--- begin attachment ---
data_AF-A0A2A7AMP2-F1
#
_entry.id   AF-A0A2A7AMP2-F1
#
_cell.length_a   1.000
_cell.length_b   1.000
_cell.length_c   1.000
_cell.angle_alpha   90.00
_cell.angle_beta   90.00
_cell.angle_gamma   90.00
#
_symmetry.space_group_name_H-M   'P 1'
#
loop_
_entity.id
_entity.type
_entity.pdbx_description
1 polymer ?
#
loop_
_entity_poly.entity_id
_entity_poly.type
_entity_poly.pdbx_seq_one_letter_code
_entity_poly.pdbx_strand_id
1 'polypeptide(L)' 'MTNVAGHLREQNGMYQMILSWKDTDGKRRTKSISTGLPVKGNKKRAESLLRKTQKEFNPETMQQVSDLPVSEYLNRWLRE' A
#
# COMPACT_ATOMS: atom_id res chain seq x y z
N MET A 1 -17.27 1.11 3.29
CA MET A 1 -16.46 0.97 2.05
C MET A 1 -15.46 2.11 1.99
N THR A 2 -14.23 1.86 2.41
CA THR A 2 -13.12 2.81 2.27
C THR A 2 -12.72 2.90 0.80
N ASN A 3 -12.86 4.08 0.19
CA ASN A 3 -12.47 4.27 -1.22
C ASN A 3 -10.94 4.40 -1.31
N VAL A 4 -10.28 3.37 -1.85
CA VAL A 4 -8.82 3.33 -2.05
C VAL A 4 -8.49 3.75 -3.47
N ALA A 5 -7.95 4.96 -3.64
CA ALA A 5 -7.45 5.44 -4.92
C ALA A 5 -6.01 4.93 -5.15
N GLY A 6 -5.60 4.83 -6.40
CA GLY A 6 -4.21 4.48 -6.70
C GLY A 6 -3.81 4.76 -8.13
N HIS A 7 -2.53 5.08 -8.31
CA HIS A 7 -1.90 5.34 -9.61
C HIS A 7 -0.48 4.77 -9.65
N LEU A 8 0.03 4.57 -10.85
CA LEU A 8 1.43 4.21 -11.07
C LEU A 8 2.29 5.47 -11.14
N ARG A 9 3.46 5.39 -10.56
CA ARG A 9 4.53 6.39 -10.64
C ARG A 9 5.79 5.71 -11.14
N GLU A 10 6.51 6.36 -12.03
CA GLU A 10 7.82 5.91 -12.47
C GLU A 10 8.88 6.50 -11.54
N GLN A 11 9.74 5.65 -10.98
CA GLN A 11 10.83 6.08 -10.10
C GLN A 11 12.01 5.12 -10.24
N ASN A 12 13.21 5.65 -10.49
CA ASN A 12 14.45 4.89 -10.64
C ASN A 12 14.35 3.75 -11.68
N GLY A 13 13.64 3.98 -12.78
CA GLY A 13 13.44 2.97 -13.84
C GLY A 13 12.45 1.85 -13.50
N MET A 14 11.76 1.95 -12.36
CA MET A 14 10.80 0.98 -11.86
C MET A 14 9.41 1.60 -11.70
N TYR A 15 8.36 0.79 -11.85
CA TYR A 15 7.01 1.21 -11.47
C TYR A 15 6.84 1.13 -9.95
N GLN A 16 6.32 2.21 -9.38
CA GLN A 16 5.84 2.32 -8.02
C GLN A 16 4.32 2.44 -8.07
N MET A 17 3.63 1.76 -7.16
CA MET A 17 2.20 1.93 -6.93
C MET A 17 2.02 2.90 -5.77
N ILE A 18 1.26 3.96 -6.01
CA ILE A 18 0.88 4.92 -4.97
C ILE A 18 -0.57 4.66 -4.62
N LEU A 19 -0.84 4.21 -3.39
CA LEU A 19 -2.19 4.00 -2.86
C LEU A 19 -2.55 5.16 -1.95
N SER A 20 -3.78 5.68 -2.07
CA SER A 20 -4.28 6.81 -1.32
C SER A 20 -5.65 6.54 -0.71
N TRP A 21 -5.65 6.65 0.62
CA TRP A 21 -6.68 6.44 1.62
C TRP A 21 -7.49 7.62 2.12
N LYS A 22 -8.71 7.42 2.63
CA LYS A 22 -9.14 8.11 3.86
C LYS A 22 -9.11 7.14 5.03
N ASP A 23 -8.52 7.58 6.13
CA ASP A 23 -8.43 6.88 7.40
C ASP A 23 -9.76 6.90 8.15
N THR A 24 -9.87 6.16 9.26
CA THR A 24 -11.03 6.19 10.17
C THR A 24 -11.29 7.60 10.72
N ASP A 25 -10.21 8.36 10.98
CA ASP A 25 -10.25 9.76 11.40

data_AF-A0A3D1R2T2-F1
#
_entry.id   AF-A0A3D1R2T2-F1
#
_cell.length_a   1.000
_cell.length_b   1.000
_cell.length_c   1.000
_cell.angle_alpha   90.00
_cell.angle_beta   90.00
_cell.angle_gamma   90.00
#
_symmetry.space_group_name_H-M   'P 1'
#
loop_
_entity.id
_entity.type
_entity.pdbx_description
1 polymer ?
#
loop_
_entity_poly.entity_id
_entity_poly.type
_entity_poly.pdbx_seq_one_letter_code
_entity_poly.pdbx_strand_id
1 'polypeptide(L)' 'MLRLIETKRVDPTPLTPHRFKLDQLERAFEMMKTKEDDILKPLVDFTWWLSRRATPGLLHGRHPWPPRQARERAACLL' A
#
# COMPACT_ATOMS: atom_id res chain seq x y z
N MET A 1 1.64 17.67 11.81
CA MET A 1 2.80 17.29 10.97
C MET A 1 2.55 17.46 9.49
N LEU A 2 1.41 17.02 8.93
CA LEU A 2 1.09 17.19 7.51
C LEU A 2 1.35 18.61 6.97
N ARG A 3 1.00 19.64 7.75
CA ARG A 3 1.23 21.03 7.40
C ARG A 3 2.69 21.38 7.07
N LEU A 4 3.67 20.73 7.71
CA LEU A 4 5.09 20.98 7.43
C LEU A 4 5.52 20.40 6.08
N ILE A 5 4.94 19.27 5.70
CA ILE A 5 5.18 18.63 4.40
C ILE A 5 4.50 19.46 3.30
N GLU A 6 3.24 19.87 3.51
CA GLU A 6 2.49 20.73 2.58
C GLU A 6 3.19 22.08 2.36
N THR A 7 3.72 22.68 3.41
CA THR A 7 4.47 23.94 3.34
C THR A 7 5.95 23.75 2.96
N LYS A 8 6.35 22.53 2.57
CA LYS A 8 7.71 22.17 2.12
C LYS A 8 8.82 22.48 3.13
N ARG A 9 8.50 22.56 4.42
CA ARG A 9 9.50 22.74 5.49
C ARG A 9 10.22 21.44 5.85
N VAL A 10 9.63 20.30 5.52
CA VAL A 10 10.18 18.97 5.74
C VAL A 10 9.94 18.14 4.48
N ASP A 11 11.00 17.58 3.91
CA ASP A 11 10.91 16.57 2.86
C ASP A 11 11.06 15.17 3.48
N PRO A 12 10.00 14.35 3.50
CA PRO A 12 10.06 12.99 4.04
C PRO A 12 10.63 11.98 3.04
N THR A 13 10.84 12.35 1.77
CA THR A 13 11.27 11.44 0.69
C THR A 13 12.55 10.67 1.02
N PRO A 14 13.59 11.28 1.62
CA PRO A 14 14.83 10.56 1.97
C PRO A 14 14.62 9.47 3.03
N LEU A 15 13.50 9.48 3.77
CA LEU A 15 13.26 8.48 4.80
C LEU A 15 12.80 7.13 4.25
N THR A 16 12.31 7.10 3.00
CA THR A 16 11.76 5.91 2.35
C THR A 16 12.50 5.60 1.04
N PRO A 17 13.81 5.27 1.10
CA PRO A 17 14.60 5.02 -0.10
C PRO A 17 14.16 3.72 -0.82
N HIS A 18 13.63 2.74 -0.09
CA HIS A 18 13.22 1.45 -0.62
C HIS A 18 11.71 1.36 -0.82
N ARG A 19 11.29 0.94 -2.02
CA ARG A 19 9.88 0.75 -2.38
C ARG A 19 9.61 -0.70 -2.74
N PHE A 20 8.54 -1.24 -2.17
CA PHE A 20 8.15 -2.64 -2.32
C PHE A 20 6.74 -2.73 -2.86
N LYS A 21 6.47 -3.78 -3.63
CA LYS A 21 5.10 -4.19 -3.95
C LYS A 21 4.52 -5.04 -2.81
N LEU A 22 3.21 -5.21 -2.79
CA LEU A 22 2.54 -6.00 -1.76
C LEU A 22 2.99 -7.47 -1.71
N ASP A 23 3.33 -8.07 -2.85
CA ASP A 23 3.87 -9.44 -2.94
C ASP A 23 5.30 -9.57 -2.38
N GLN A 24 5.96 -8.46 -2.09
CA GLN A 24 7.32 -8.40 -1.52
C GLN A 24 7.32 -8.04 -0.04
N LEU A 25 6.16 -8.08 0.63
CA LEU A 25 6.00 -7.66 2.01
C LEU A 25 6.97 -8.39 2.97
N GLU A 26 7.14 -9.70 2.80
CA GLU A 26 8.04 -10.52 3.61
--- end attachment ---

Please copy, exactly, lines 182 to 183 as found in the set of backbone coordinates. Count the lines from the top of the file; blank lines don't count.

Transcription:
C HIS A 18 11.71 1.36 -0.82
N ARG A 19 11.29 0.94 -2.02